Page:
Klobuchar was one of the first Democrats to the support the USMCA, and said the deal was “stronger” because of the bipartisan support, including from Biden.

“I think we’d be in a much better place to negotiate,” for more trade deals, with Biden, Klobuchar said.

Critics also think Biden’s rural plan is at the “mercy” of climate activists, the plan offering up incentives for farmers and manufacturers who take steps to reduce their pollution and make environmental improvements and investing in green energy.

But the senators agreed that they think the fight against climate change starts exactly in rural America.

“Let’s start by recognizing that climate change harms farmers. And they’re stewards of the land. They know the land and water and atmosphere better than anyone,” Baldwin said, adding that Biden, “believes that farmers must be at the table as we move to address climate change.”

“Farmers are part of the solution, a huge part of the solution, but Joe Biden believes that farmers should be recognized and rewarded for the actions they take,” she added.

“As someone who’s a leader on the Ag Committee, we have been really careful of any kind of deals and agreements that are made on climate change that it doesn’t hurt agriculture,” Klobuchar said, advocating for practices like cover crops.

But the challenges rural America is facing — from lack of internet, to limited healthcare resources, to job loss — have only been made worse by COVID-19, and then some.

In Wisconsin, where cases continue to climb at a rapid rate, Gov. Tony Evers has tried his hand at several statewide precautions. But most have been met with legal challenges, including the latest court battle over his mask mandate.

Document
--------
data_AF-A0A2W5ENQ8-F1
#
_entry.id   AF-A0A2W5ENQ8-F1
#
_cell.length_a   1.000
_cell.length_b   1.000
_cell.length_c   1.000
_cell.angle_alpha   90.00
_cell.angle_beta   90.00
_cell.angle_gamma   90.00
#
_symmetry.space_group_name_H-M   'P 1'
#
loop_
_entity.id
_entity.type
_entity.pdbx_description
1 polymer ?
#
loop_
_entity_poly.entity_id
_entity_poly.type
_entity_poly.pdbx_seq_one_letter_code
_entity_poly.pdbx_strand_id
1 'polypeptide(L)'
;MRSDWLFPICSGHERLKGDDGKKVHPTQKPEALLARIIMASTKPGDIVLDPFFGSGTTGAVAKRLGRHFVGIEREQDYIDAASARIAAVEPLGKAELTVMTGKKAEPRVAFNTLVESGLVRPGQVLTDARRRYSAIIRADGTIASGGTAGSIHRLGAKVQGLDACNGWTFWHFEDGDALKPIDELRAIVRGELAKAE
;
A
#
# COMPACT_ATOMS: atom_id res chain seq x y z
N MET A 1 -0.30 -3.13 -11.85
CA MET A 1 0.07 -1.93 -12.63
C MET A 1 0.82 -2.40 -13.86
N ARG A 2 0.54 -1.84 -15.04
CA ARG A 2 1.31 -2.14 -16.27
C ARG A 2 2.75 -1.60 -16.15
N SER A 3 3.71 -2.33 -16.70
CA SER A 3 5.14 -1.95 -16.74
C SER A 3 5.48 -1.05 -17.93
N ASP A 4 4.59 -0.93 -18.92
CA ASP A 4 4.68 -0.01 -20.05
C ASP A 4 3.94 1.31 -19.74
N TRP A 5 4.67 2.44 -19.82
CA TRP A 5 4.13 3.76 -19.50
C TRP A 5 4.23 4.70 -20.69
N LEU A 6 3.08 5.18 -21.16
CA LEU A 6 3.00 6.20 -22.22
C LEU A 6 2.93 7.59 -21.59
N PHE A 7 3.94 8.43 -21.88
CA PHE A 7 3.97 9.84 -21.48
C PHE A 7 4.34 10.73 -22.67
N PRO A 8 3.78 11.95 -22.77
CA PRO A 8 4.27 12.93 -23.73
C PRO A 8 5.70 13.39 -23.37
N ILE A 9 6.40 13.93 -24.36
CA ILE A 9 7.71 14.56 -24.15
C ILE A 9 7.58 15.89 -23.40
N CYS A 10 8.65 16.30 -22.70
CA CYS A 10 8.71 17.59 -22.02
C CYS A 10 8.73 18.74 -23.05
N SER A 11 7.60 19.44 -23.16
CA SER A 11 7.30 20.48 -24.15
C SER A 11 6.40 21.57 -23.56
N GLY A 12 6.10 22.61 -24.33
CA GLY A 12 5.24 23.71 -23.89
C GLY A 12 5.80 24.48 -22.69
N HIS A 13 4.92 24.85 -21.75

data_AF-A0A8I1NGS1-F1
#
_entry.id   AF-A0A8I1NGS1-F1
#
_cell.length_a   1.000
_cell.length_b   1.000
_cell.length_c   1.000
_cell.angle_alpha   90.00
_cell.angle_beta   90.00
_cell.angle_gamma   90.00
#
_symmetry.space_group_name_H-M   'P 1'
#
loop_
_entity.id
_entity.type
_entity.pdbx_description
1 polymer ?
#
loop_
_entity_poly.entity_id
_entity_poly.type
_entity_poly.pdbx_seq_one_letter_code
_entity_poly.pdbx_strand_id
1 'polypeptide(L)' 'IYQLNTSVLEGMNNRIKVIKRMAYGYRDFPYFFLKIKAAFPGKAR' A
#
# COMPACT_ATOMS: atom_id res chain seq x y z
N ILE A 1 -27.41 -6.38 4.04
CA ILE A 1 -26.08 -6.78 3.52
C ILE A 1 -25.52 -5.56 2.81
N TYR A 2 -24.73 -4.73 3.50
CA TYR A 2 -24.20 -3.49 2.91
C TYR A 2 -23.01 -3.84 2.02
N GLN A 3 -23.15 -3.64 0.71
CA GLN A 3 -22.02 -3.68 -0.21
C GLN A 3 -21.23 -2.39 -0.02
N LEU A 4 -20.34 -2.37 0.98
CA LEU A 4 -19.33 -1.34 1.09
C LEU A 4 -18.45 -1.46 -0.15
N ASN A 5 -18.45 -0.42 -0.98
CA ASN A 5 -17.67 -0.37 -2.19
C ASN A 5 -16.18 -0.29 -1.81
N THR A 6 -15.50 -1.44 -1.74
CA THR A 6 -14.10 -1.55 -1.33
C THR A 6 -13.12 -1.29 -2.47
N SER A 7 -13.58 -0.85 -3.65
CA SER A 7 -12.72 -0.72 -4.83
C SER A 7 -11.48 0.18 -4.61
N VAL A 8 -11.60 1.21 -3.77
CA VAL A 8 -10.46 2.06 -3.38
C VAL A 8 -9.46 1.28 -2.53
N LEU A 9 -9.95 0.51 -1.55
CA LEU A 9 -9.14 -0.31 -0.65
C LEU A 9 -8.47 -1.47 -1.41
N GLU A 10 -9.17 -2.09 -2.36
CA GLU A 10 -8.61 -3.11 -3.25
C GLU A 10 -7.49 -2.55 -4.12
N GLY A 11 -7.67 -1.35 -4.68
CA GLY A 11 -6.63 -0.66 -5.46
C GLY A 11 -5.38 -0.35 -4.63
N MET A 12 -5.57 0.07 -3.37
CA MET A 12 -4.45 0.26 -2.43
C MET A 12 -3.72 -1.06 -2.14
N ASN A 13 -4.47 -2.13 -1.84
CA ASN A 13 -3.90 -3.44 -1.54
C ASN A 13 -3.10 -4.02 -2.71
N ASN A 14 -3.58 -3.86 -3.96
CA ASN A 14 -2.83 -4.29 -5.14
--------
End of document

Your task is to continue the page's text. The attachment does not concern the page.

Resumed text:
“The governor has been the one acting responsibly here,” Baldwin said.

“He’s doing so at a time where we are seeing, we’re breaking records every few days in terms of the number of positive cases, and we’re one of the red zones of the country,” she said.

“And it is the height of irresponsibility in my mind to have the Republican-led state legislature trying to undermine public health and public safety and bringing them into court,” Baldwin said.

And tensions over the when and what the next national stimulus package will entail are boiling as previous relief begins to dry up for many across the country.

“Depending on the president’s next tweet,” Klobuchar said of the whiplash Trump has created over the negotiations.

“President Trump has ended the efforts to pass bipartisan relief, and then started them again, and then ended them again, and then started them again, I’m not sure, I think I saw a tweet this morning starting them again,” Baldwin said.

Both senators said it was difficult for them to prioritize just one item they want on the next bill, but Baldwin said that the federal supplement to unemployment, and relief for families, small businesses and local governments were top-of-mind for her.

Klobuchar said rural America was at the top of her list, as well as more testing, and highlighted a bipartisan bill she headed up for the relief efforts called “Save our Stages,” which lends relief to small music venues.

“Which surprisingly has a lot of popularity in rural areas,” Klobuchar said. “Because they were the first to close, they’ll be the last to open, because you can’t go to mosh pits in the middle of a pandemic.”